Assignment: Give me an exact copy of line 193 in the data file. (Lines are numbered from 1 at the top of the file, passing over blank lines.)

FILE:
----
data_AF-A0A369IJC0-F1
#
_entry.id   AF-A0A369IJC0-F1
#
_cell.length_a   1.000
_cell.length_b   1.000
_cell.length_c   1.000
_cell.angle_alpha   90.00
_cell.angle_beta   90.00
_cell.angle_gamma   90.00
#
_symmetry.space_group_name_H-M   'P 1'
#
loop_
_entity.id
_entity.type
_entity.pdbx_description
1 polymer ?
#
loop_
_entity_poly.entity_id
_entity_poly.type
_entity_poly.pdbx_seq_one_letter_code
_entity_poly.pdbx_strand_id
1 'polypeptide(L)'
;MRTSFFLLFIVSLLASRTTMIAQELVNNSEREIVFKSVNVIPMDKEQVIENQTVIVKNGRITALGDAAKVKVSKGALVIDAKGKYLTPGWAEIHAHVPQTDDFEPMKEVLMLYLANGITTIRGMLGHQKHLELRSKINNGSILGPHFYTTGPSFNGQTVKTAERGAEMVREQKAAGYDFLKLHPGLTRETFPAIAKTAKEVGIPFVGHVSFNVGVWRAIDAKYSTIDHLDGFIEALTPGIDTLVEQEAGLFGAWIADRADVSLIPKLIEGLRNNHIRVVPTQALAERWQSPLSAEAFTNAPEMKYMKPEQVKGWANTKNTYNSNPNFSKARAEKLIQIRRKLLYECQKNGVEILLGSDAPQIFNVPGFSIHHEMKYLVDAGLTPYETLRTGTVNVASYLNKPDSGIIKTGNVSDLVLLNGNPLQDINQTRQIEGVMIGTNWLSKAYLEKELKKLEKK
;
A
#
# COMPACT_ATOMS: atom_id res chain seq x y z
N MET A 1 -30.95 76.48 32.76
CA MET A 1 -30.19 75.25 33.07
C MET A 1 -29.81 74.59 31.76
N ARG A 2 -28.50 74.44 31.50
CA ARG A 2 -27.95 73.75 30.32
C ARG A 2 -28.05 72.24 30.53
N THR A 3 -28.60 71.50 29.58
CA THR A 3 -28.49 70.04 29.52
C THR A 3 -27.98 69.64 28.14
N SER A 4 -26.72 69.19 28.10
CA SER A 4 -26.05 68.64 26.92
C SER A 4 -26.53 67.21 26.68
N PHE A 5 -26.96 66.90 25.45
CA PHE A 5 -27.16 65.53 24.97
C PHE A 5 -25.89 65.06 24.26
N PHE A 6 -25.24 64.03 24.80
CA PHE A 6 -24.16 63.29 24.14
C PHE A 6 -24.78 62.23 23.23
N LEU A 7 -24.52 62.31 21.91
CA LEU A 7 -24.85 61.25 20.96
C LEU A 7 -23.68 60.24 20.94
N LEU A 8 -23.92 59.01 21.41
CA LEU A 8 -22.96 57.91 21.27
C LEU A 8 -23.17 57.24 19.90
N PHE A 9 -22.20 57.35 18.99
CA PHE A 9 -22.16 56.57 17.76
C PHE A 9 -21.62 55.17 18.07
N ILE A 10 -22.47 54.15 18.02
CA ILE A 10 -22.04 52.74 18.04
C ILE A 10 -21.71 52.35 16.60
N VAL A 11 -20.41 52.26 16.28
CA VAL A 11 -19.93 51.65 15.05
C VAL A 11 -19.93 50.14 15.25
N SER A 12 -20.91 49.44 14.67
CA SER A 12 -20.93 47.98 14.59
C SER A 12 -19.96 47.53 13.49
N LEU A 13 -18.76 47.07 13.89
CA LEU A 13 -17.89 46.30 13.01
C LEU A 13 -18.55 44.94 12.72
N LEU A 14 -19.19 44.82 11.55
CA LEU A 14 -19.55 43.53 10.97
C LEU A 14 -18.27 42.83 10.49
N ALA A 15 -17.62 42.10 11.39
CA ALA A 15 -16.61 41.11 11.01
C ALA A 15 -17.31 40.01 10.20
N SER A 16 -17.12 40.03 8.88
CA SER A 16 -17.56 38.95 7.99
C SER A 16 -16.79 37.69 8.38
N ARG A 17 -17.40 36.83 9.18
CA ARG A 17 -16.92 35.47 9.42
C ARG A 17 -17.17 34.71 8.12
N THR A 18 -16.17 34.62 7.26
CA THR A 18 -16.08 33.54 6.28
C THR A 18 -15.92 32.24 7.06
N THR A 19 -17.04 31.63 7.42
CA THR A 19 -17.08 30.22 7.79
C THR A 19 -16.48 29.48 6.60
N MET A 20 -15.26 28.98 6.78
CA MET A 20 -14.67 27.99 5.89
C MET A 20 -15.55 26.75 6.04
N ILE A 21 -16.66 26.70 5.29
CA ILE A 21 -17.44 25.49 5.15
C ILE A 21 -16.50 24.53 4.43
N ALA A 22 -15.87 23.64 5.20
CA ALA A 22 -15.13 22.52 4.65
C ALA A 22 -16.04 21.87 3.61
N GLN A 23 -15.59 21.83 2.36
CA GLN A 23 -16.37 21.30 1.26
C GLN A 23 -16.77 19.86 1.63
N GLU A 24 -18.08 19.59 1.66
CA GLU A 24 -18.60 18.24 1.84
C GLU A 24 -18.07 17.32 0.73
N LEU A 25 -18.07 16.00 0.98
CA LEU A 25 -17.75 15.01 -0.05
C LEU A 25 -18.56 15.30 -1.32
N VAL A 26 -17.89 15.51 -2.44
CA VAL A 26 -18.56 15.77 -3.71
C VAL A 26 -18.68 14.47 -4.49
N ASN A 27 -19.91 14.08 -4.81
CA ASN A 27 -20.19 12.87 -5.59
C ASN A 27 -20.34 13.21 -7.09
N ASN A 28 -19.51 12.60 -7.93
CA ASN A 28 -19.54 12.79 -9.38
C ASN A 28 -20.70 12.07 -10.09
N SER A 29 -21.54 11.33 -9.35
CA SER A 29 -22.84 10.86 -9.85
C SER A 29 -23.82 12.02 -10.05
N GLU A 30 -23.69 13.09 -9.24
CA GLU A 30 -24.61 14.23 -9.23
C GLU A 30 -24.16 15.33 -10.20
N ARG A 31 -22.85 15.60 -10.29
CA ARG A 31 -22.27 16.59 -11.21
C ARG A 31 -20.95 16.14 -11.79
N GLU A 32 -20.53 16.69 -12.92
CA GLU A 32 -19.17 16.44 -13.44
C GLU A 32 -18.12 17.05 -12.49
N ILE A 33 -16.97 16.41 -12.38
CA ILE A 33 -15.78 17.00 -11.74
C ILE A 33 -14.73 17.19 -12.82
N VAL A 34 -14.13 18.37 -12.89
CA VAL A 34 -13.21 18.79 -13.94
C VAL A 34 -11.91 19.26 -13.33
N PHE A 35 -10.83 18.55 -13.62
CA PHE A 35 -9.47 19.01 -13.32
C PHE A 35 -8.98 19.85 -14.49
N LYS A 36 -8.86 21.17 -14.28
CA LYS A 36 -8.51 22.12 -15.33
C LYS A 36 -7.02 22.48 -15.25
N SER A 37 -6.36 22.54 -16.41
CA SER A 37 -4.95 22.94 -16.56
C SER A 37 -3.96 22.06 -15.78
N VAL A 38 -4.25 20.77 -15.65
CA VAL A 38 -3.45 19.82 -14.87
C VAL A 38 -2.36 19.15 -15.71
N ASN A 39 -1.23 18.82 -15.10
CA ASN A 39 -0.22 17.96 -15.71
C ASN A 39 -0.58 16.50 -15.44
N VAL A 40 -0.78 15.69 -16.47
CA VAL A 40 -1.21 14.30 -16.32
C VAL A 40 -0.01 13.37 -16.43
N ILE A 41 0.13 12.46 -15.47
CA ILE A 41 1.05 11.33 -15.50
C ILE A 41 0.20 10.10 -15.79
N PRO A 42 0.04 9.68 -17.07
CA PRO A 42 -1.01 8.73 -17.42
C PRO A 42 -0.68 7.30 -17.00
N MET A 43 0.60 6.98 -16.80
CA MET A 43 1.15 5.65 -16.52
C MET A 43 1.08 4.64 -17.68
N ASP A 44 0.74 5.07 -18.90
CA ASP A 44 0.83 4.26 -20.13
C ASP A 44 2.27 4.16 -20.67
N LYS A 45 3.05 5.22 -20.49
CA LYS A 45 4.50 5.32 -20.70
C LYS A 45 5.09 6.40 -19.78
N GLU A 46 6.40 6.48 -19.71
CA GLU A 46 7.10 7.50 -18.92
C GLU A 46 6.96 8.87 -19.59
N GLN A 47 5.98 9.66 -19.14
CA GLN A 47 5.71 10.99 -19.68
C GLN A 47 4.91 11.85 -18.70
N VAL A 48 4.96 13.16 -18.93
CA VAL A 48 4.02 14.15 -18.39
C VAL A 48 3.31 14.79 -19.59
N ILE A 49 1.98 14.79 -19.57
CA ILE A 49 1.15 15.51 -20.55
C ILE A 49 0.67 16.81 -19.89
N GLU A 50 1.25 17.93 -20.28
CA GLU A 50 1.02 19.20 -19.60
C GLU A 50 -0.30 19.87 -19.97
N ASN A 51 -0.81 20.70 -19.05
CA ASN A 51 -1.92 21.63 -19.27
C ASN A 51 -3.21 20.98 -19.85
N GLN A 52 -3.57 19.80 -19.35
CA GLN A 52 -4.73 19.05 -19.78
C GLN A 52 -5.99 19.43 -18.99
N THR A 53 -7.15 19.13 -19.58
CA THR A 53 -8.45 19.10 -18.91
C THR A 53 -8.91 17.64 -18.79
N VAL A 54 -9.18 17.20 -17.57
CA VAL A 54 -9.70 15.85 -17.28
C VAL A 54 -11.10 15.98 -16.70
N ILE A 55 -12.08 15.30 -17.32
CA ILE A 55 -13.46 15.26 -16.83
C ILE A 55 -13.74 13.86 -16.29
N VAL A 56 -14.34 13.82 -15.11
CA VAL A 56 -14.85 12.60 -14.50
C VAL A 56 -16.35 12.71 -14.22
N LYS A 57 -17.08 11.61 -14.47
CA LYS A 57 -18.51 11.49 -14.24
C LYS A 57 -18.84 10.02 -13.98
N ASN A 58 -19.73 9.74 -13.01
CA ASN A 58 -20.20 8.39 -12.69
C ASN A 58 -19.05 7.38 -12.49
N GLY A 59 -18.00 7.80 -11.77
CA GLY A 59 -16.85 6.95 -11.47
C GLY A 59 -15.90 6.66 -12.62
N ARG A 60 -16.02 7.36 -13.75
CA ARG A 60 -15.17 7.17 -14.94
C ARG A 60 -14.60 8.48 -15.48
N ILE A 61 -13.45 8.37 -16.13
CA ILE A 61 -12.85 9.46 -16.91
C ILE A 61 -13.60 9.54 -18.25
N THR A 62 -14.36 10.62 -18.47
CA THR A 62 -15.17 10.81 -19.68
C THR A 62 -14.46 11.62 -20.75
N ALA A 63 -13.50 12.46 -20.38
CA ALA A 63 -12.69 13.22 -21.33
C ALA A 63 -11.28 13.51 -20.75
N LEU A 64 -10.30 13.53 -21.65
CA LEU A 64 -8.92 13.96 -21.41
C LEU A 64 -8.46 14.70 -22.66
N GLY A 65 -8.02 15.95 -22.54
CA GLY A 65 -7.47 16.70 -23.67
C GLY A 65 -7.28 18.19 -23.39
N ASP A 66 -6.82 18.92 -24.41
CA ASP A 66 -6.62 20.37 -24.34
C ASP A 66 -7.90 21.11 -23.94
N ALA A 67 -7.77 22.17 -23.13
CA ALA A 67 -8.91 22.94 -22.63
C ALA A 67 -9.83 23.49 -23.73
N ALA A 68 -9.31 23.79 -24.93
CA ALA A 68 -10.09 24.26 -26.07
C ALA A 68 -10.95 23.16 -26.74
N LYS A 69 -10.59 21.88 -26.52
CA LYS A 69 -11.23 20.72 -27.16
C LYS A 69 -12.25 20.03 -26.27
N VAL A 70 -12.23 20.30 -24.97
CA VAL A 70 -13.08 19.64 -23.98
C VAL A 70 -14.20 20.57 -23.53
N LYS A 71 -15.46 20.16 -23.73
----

N ILE A 55 -12.08 15.30 -17.32